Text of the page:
CORPORATE APARTMENT, BALTIMORE – Another big prediction we’ve been making in these Postcards:

The dollar and gold will BOTH rise. 

We took flack for this position when we began suggesting it nine months ago. How is our prediction turning out? More below…

Last Days

Greetings from Mount Vernon!

We’re enjoying our last few days in Baltimore before we go overseas again. 

We’ve loved living here… admiring the elegant Mount Vernon neighborhood, visiting museums, hanging out with other homeschool kids, and catching up with old friends. We’re going to miss it.

We even got to visit Washington, D.C., which is like one giant monument to enlightenment. There’s introspection around every corner. It is one of the most thought-provoking places we’ve ever been. 

My father is visiting us now. He’s been teaching the kids chemistry (he’s an amateur scientist), showing them World War Two films, and here he is playing board games with the boys…

PhotoMy father, Miles, and Dusty playing board games

Long Walk Down the Mountain

The stock market is in a “valuations bear market.” Or, as we like to say in these notes, it’s making the “long walk down the mountain” from expensive to cheap. (I explained this in more detail here.)

We have been in this valuations bear market since 2000, but valuations have been in a counter trend rally since 2009 and they’re forming a secondary peak.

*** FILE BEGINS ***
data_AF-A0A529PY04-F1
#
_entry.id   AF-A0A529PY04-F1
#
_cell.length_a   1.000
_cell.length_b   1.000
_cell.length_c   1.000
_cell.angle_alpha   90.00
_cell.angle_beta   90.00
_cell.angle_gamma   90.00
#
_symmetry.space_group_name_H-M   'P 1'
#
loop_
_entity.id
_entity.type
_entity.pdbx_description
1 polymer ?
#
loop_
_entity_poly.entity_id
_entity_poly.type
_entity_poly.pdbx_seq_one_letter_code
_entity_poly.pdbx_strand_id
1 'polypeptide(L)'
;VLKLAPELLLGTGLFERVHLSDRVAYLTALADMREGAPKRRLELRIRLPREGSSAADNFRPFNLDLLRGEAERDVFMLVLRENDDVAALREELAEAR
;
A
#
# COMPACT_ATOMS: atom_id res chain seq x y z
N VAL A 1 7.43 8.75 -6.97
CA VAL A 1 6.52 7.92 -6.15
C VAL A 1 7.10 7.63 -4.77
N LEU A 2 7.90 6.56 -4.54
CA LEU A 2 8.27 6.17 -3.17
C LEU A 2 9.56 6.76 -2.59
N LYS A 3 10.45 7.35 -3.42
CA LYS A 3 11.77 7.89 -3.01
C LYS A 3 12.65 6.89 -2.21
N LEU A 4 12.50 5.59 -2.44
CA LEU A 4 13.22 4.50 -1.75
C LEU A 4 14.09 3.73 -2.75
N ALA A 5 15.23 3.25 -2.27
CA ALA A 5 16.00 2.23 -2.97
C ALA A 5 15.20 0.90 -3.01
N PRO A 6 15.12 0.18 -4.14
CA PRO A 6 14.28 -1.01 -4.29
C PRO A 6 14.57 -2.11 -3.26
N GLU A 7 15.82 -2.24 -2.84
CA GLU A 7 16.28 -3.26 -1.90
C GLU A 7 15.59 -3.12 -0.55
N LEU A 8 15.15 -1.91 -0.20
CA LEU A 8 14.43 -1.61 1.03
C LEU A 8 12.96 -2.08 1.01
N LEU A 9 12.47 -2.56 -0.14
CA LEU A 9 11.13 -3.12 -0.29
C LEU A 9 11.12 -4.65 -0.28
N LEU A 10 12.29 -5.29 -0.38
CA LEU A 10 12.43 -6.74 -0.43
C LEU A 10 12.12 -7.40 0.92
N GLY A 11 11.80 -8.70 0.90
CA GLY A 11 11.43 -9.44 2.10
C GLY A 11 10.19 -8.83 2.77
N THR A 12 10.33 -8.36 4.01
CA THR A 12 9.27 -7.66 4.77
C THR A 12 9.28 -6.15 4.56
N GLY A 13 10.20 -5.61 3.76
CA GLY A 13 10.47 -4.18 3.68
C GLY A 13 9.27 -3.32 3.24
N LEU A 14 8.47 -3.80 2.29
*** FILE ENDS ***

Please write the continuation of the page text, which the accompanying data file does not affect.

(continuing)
I’m expecting the valuations bear to reassert itself soon, and stock market valuations will resume their “walk down the mountain” back to “cheap.”

Typically, these valuation bear markets take a generation to complete and include four to six recessions. We’ve already had two recessions in this cycle, so I’m expecting to see at least two more recessions over the next decade.

If my hypothesis is right, and we’ve got several recessions in a row coming, the U.S. dollar should receive a “safe haven” bid from the world’s pool of capital and savings. It’ll rise against all other currencies. 

President Trump, Wall Street and the Federal Reserve won’t be happy about this because it crimps their ability to create inflation. They’ll work hard to lower the dollar. Gold will rise. 

Meanwhile, America’s trading partners, particularly Japan, Germany, and China, will want their currencies to fall, too, because cheaper currencies improve their competitiveness in export markets. So they’ll work hard to lower their currencies as well. The result will be a sort of synchronized global devaluation… or “race to the bottom.” 

Which brings us back to our unusual position: The dollar will rise against other currencies, but gold will rise even more. It’s already happening…

The first chart shows the dollar’s value against other currencies. It’s been rising since 2018. The second chart shows gold rising against the dollar, also since 2018.



These trends are just beginning. Gold will be the strongest “money” over the next few years. And the dollar will be its strongest currency. Also, in a valuations bear market, it’s better to sit on the sidelines in gold than hold stocks. 

– Tom Dyson

P.S. Gold is soaring all around the world. There are only four financial centers left in the world where gold is NOT selling at its highest price in history (local currency terms): the United States, China, Switzerland, and Japan.